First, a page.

Somehow it’s not surprising to learn that many collectors of Hilary Hachey’s jewelry are architects. There’s something architectural about the pared-down quality of her designs. They’re all about form, mostly geometric, not much embellishment.
It took her a while to find her signature look, and the key, she says, was to learn to ignore conventional wisdom about how to make a living as a jewelry artist.
“I feel strongly that if you do what you love, somehow people will pick up on that,” she says. “It will come through in the work and benefit you. Anytime I try to do something that should work and that seems smart, it doesn’t work.”
It took a few false starts to figure that out, however. “When I first started making jewelry for a living, everybody said, ‘You need to have a production line,'” Hachey recalls. “So I did one with wax carving in very organic leaf shapes. It never did very well.”
“I try to make them look random. That’s kind of tricky, making something look random.”
After she abandoned the organics and began following her own muse, her jewelry began to move. Since then she has given up chasing market demand and applying conventional wisdom. “I was doing what I thought I was supposed to do, what people told me was right.”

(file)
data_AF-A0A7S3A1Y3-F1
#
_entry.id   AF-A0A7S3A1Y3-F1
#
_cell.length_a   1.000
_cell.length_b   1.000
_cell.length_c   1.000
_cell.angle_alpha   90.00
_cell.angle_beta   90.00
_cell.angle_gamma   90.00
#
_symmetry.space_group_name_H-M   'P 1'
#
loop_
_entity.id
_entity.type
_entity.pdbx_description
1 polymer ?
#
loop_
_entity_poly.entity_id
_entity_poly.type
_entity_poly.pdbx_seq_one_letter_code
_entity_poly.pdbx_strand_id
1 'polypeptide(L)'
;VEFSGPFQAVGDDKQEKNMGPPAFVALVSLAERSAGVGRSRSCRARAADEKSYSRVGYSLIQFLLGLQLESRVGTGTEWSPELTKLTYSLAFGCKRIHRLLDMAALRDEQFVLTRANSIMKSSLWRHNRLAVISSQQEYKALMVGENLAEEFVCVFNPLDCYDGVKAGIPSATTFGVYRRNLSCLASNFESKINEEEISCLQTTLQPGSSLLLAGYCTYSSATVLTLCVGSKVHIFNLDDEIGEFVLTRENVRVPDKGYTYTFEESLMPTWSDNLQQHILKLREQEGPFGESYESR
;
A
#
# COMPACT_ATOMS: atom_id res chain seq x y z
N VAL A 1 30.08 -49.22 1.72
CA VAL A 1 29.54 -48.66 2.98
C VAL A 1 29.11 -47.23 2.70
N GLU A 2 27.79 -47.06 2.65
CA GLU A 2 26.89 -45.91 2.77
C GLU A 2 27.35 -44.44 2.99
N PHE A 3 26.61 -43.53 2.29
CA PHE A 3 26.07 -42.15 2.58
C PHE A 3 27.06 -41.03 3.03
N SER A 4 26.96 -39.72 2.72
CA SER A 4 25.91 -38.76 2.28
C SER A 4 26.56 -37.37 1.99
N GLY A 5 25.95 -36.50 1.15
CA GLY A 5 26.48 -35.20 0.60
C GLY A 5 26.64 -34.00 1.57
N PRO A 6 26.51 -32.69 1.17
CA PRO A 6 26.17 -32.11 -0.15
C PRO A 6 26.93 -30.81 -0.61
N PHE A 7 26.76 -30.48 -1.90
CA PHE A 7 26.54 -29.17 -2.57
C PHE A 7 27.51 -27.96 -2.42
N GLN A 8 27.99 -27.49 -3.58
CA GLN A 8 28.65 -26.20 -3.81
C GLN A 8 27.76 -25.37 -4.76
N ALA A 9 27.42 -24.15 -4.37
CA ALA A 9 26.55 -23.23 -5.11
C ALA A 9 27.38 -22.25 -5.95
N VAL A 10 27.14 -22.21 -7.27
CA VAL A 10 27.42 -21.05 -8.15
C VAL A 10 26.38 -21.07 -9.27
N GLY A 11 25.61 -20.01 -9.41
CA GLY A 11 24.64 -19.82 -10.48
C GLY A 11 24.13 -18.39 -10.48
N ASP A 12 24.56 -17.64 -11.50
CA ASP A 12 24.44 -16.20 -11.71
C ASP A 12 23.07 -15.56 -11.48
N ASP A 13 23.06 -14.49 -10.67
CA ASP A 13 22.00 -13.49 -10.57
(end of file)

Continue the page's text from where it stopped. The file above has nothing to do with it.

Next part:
After seven years of designing with colored stones, she stopped using them, finding she prefers to work with all metal and a monotone palette. “I was never that into stones,” she told me in 2009. “People like color. Color sells, but I just got sick of doing it. Maybe because I moved on, something else will come up.”
But nothing stays static in the life of an artist, and jewelry is no exception. You still won’t find colored stones in her jewelry but recently Hilary began to introduce hits of color, in the form of fabric. The fabric highlights the clean, geometric lines of her fabricated metal, adding texture without compromising the architectural form. In fact, it reminds me a little of Frank Lloyd Wright interiors.
Even when she’s at her most geometric, hints of nature slip through – especially in her Avocado collection (top two pieces pictured) but even in the cascading necklaces (above left), a highly stylized take on nature.
She started making these puzzle piece necklaces after finding a bunch of squares on her work table left over from smaller pieces. “I started playing with them and it evolved into these pieces with repeating patterns.”
“I like the look of multiplicity, the repetition of patterns. I like playing with the figure-ground relationship, the positive-negative space,” she says. “I try to make them look random. That’s kind of tricky, making something look random.”